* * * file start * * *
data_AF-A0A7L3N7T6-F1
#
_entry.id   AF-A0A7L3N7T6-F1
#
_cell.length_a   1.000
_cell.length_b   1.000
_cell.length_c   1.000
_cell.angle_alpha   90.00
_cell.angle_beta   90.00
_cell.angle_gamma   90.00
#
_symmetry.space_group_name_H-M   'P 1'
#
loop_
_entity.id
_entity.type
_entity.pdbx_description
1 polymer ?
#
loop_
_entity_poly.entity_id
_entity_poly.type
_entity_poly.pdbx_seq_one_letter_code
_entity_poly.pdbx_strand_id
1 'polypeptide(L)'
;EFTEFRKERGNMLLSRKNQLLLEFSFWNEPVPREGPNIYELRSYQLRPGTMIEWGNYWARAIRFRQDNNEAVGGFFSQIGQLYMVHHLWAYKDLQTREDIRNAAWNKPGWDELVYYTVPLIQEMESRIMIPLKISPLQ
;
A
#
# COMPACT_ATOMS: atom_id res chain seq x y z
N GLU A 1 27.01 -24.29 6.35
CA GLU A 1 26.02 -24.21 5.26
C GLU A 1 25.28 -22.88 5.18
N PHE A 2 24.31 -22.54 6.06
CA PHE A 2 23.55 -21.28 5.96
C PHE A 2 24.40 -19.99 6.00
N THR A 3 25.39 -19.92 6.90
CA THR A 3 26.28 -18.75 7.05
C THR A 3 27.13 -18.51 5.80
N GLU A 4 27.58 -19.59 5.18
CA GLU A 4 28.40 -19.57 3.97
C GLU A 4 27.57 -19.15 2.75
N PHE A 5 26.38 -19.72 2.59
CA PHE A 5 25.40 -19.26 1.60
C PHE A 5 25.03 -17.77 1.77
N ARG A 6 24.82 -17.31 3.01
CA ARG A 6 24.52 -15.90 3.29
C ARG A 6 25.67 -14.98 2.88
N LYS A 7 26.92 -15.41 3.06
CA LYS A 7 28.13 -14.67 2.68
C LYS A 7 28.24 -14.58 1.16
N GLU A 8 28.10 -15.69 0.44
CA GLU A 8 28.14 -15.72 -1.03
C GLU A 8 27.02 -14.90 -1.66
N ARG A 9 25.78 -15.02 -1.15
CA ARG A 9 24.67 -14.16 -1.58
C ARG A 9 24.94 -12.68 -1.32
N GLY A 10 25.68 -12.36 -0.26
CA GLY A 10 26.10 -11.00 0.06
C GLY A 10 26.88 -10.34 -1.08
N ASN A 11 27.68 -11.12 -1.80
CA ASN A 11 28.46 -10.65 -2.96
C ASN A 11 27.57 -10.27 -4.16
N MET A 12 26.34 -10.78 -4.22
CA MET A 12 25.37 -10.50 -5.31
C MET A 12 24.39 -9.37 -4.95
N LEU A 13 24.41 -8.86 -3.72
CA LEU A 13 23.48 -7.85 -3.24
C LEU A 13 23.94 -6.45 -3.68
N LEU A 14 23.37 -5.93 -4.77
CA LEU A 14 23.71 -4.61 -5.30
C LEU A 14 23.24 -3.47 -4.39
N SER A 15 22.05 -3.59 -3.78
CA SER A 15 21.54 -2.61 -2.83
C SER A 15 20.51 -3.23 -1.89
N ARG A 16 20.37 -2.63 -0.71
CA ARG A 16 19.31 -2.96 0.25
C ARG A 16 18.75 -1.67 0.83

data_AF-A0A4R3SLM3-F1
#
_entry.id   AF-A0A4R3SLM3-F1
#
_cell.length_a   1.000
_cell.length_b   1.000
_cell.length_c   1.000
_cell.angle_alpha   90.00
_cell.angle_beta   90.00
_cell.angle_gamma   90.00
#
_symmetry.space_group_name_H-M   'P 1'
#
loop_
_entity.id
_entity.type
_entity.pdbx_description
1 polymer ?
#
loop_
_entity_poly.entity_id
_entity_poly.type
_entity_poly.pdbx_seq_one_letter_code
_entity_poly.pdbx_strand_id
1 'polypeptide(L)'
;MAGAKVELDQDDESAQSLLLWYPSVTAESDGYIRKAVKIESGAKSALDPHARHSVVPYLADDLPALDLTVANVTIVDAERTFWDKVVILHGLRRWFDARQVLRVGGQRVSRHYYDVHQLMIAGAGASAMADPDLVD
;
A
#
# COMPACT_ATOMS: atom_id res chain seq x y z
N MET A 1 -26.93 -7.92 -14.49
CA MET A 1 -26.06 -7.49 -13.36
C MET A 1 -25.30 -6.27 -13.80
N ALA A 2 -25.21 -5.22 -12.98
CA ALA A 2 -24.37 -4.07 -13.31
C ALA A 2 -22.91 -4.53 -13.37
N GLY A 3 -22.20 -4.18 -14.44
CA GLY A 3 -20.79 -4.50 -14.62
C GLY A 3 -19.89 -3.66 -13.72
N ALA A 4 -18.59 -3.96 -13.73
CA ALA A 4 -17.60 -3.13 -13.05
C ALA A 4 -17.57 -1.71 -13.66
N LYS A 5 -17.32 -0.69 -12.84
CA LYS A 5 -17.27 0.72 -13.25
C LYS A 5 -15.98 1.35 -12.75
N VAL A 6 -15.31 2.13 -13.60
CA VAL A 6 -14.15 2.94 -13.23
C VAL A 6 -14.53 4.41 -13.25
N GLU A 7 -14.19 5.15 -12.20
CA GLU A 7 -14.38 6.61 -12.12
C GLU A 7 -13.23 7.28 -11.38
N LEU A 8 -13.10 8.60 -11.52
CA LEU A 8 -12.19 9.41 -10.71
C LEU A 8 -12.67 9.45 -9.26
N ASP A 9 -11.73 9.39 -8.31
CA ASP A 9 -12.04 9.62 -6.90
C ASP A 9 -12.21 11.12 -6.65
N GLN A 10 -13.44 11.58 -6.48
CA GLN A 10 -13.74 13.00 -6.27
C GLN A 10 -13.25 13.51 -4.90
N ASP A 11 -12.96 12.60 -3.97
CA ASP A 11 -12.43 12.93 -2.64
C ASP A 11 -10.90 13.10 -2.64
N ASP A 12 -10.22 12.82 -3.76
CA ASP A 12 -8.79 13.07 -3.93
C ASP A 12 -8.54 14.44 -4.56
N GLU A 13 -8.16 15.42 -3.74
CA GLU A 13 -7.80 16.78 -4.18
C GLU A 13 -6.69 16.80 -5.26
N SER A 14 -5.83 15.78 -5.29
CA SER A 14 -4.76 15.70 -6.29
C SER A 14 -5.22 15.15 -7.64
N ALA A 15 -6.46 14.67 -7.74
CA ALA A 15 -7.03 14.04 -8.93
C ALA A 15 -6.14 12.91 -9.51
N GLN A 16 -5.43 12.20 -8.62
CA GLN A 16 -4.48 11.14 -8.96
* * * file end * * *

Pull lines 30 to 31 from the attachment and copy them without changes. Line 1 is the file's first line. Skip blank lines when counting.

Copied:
# COMPACT_ATOMS: atom_id res chain seq x y z
N GLU A 1 27.01 -24.29 6.35